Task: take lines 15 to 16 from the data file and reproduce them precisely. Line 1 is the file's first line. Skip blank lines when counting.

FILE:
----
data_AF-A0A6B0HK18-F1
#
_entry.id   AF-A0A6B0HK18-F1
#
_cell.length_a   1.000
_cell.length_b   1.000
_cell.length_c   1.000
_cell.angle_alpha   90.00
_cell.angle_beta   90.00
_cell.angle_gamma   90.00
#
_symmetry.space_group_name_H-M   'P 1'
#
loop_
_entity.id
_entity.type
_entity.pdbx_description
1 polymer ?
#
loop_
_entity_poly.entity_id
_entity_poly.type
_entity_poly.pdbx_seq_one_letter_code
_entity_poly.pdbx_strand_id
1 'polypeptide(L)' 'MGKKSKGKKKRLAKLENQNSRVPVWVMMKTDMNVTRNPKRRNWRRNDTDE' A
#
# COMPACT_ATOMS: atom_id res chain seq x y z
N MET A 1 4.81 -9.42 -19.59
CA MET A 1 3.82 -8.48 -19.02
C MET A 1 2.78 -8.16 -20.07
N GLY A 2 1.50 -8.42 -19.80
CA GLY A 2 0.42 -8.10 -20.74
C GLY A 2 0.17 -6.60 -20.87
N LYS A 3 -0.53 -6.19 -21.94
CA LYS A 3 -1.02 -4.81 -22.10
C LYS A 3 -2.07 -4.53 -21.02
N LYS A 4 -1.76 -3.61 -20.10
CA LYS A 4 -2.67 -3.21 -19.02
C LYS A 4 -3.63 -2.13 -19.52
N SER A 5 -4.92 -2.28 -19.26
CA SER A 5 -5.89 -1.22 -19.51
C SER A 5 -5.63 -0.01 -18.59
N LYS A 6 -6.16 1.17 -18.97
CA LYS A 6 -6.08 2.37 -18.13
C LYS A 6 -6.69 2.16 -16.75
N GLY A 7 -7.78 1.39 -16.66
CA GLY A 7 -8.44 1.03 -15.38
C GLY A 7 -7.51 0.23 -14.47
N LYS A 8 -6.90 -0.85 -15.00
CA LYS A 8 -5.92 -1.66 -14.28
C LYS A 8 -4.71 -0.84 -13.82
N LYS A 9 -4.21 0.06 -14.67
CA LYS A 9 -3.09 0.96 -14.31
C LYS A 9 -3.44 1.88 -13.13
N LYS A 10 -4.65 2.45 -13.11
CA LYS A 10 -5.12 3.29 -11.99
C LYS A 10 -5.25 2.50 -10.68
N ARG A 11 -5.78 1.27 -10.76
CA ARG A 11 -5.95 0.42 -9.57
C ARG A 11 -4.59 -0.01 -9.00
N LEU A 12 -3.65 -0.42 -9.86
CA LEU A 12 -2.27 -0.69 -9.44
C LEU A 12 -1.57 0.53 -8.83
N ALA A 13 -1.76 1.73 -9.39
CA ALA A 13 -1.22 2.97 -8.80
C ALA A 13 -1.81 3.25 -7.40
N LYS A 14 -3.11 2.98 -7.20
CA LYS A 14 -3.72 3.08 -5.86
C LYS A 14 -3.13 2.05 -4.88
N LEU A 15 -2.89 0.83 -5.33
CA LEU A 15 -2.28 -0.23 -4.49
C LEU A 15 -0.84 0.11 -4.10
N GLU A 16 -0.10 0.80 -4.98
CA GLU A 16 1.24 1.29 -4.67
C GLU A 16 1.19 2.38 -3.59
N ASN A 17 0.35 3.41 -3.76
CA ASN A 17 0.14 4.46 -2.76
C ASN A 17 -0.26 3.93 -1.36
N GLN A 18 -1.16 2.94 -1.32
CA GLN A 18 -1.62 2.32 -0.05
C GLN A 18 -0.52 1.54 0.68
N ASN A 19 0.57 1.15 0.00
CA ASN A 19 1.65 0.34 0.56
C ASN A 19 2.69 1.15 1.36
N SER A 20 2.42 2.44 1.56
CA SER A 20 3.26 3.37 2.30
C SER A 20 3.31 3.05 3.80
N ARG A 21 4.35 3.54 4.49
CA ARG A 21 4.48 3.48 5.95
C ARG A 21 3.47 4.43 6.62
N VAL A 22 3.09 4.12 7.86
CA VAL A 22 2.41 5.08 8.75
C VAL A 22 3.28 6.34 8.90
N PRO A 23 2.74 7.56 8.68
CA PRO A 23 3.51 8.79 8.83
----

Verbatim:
_entity.id
_entity.type